Monday, November 17, 2008

Great Sage in Clarksville

Everyone loves Great Sage, which is probably why I need to eat slowly to really enjoy myself.

Great Sage in Clarkville comes with no meat, but a mess of hype from places like the WPost and the Sun.  It's a vegetarian restaurant from the same people who own the Roots grocery, and the kitchen serves a seasonal menu of healthy, hearty food.

This is a beautiful place.  Elizabeth Large named it the "Most Romantic for Vegetarians," and she was right to tout its soft lighting (although the table cloths appear to have disappeared since 2007).  The decor is modern and understated with wooden carvings and a beautiful waterfall on the farthest wall.  With one side facing trees, it pulls off sophisticated because it shows a little less parking lot than Aida Bistro or House of India.

I'm prattling on because I'm not sure how to describe the food.  I enjoy it.  On my last trip, I went alone and ate slowly while reading a magazine.  A Mexican-inspired appetizer with beans, brown rice and guacamole perched on a crisp tortilla.  Then a Thai-inspired coconut-milk curry with tofu and squash.  They were delicious.  They were also relatively subtle, relying on the expectation that people who choose Great Sage are people who relish well-cooked winter squash.  This isn't the spicy-sour zest that comes from Bangkok Delight's curries.  It's a different cuisine that pushes the vegetable flavors to the front.

My advice is to focus on dishes that look like vegetables -- the soups, the Mediterranean plate appetizer, the curries, the dishes that aren't masquerading as something specific.  My one disappointing visit was the night that I ordered "bulgogi" and Mrs. HowChow ordered a "burger."  We love those dishes.  Great Sage doesn't serve them.  It serves a soft vegetable patty on a roll and serves some kind of soy product in a mild sauce.  The kimchi next to the soy product was delicious, but there wasn't really bulgogi or a burger on our table so our expectations made them disappointing.

So go for vegetable flavors in everything from salads to sandwiches to complex entrees and a vegan carrot cake.  (I haven't tried the cake yet.)  This is a skilled kitchen that rotates its menu, and the prices are reasonable enough that you can take risks.  Plus, everything is healthy so order extra.  I overate on that night of tostada and Thai curry, but too much brown rice and vegetables leaves a person gorged but happy.  I carried out half the curry and ate it for lunch later in the week.

Great Sage offers Sunday brunch and special nights like bellydancing and "green singles" mixers.  They'll also adjust to special dietary needs like gluten or peanuts. 

(Update: The Lunching in the DMV blog wrote up Great Sage.   It is a nice description and sounds similar to my thoughts:  It's a delicious place, but you'll like it best if you're open to or seeking vegetarian cuisine.  And late, the Black Coffee and a Donut blog talked up Great Sage as well -- with some great photos of everything from drinks to dessert.)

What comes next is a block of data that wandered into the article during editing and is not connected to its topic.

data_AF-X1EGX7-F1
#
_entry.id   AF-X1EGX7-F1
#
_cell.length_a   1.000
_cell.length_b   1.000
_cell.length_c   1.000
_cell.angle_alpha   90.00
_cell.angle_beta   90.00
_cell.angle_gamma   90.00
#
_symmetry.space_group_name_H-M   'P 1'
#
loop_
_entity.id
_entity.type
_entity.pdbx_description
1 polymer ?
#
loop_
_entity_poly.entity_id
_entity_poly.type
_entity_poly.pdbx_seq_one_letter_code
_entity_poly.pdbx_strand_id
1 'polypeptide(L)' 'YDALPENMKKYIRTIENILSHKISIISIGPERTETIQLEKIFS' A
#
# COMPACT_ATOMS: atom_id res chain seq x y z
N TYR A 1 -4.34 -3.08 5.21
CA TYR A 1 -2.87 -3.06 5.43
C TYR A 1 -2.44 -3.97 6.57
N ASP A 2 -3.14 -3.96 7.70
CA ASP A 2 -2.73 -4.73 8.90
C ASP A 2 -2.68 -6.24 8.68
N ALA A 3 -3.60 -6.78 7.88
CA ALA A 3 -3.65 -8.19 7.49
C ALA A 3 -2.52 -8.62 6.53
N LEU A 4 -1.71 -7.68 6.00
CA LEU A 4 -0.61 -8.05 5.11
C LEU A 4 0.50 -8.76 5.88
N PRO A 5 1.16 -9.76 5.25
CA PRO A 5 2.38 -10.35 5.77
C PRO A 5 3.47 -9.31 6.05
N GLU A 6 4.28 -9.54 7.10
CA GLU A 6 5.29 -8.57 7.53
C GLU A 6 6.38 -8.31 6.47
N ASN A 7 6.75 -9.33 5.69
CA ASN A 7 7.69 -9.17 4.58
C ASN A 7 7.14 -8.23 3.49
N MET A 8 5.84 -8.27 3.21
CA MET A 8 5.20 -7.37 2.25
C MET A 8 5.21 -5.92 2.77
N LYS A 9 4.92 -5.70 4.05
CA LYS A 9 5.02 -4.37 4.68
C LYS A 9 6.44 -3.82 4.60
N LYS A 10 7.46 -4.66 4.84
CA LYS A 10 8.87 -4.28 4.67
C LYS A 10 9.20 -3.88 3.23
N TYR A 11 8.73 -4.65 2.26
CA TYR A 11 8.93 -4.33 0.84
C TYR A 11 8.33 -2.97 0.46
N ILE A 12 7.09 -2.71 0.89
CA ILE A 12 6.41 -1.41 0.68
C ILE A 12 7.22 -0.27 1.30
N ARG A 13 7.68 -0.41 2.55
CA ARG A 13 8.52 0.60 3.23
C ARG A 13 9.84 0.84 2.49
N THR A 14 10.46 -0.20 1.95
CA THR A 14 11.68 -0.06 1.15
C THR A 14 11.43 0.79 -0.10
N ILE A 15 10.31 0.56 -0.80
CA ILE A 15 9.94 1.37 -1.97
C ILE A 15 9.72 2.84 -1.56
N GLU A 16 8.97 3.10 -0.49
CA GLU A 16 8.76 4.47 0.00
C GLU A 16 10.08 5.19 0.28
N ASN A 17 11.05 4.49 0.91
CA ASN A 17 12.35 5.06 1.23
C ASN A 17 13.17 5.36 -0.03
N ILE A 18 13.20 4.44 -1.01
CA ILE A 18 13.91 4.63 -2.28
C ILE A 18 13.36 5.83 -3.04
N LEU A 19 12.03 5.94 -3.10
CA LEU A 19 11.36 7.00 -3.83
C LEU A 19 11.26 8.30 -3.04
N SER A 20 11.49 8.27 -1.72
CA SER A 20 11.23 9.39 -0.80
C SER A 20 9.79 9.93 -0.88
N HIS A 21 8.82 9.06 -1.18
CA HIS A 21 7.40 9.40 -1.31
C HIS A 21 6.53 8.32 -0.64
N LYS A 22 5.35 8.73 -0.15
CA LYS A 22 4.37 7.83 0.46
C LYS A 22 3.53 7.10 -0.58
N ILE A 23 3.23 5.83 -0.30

(Update II:  Great Sage went vegan in 2010.)

If you like Great Sage, you are going to love the organic market Roots in the same shopping center and should probably also check out David's Natural Market in Columbia and My Organic Market in Jessup.  Great Sage is also right down Rte 108 from El Azteca.

Great Sage
5809 Clarksville Square Drive
Clarksville, MD 21029

NEAR:  This is on Rte 108 in the same shopping center as the Roots supermarket.  It's a few lights north of the intersection of Rte 108 and Rte 32.

Great Sage on Urbanspoon


DAS said...

I must respectfully disagree with your take on Great Sage: I've eaten there twice, and both times found the food expensive and the service a bit amateurish. With so many ethnic restaurants in the area that offer vegetarian dishes, I'm not sure what benefit Great Sage offers. And the organic beer I tried there was one of the worst beers I've ever had. I think if the prices were 20% lower I would have liked it a lot more.

HowChow said...

Thanks for the comment. I hadn't thought to write about the service, but "amateurish" sure does fit. I have had frustratingly amateur when I couldn't get help when I wanted, and on my last trip, I actually had charmingly amateur. I had time. The restaurant was almost empty, and the waiter talked to me for a long time.

I struggled with how to explain Great Sage. You're right about the prices, and you can see from my top 10 list that I complete agree that vegetarians can eat spectacularly at Indian, Chinese, Thai, etc. I do think that Great Sage offers something different in flavors based so much on the vegetables (as opposed to the spices/herbs). Even after I chose to go to a vegetarian restaurant, I was still shocked to realize how much I was enjoying *squash*.

Thanks for the comment. To the extent this blog is anything more than my inspiration to discover new things, I hope that it lets HoCo people see that they have choices that they might not know about. People have written great stuff in the comments, and other people's feedback balances out my opinions.

Marie said...

hey i'm actually trying this place friday! my cousin loves the place and raves about it.
thanks for the tip ordering thigns that are supposed to be veggies instead of the imitation stuff. i eat meat, but this place looks fun.

HowChowBlog said...

I hope that you like it Dskco. Feel free to return with another comment once you have tried Great Sage!

Jessie Newburn said...

Saw this online. Thought I'd add it to the mix -